History and Current State

Evolution of Limelight

The Idea

bizlal started to make money from paid music promotion to his network of followers, charging up to $900 USD per paid post. bizlal noticed that this stream of income was increasing for him more and more, but he didn’t understand why, consistently, creators were paying this much for a single post. This also included paid placement on his Rap Bops Spotify playlist. Over time, Bilal felt that most of the songs that were paid placements, he did not find to be the most enjoyable. However, when an artists’ paid placement track was super high quality, Bilal almost felt guilty being paid post about it. Many people would try to negotiate the price, but still end up paying high prices across the board because of their desire and need for mass exposure.
Many artists would contact bizlal in advance to let him know they will be paying for a promotional post when they get paid, ultimately running out of money again once they paid for the promotion services. bizlal connected deeply with some of the artists situations and how hard they worked just to even get a single person to check their music out.
This made it so clear that there was a big problem in the industry, independent artists are overshadowed by major-label funded artists who do not always make the best music, but are only in the limelight because they’re heavily funded. An artist can be so talented with much potential, but ultimately gives up because of how difficult it is to make it in the music industry with this kind of competition. A large number of followers and impressions makes it possible for these amateur artists to receive exposure just from a tweet alone. So, artists are constantly posting their music on social platforms in hopes of gaining exposure and support. Therefore, when considering that the average artist is typically strapped for capital, these mediums do not provide a cost-effective solution to the problem of gaining widespread exposure. Not only is it expensive to promote, but their audience reach on those platforms is also largely ineffective; those platforms’ intent was not for music discovery, but ultimately a place to store your music.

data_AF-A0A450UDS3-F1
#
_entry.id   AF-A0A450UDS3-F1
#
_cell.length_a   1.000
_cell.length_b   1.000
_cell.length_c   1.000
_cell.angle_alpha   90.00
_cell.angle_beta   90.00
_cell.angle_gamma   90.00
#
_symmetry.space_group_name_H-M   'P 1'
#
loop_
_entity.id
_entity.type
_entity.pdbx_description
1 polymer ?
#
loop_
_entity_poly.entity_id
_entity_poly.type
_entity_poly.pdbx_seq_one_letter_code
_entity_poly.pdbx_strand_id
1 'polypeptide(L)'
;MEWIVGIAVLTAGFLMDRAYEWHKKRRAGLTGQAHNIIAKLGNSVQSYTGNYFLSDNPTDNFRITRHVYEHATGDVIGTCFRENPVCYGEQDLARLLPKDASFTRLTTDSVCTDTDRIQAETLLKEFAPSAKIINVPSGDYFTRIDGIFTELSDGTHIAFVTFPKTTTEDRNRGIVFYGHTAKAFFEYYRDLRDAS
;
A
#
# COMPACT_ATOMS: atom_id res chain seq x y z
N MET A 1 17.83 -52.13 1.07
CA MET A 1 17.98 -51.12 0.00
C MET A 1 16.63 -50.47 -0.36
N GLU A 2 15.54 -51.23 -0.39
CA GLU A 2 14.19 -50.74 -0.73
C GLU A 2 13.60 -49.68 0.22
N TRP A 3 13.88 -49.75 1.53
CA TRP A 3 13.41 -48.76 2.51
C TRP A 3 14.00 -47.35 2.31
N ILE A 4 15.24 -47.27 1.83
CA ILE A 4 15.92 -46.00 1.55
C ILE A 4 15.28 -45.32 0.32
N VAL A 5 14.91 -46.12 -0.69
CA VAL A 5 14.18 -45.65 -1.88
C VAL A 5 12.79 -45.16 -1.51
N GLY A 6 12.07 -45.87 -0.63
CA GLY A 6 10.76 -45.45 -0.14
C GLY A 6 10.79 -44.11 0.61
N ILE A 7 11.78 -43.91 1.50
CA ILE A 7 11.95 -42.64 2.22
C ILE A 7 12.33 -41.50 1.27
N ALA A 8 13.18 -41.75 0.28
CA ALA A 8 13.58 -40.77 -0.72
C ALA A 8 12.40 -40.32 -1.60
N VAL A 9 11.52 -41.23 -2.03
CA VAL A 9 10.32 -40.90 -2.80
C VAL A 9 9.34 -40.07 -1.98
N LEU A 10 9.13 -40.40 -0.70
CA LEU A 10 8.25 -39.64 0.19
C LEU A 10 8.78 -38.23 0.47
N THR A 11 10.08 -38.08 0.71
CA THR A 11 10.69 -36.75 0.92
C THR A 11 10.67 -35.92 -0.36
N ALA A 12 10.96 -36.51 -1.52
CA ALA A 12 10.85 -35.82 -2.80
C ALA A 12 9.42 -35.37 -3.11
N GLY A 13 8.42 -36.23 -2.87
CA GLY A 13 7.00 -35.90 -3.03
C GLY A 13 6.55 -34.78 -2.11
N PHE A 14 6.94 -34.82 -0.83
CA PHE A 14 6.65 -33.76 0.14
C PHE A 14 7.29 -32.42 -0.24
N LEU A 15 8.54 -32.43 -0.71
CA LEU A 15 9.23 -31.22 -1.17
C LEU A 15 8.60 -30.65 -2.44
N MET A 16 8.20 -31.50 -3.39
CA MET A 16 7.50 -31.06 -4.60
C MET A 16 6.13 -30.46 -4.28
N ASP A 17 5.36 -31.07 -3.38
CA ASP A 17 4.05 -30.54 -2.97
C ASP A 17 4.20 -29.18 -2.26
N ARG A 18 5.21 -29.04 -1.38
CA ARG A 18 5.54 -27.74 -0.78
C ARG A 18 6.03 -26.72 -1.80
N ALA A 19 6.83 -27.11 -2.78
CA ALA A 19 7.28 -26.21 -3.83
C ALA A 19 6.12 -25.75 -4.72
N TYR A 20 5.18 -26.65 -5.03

Very quickly, one day bizlal started thinking about a ‘’Tinder” for music’, where essentially listeners would be able to swipe right to ‘like’ or swipe left to ‘dislike’ a track, similar to how the dating app works/functions. The idea would connect talented artists with music fans who wish to discover new, good music. His thoughts intensified as he tried to apply an innovative twist to the simple, but unique idea at the time. Originally called ‘Locartist’, this platform ended up taking that twist, with the addition of an algorithm that allows local artists to build audiences, starting within the city they’re from, and reaching further geographical regions based on listener feedback.
Based on this, we realized that artists have difficulty gaining exposure organically based on their music’s merit and thus, the implementation of how to best discover quality, amateur music was born.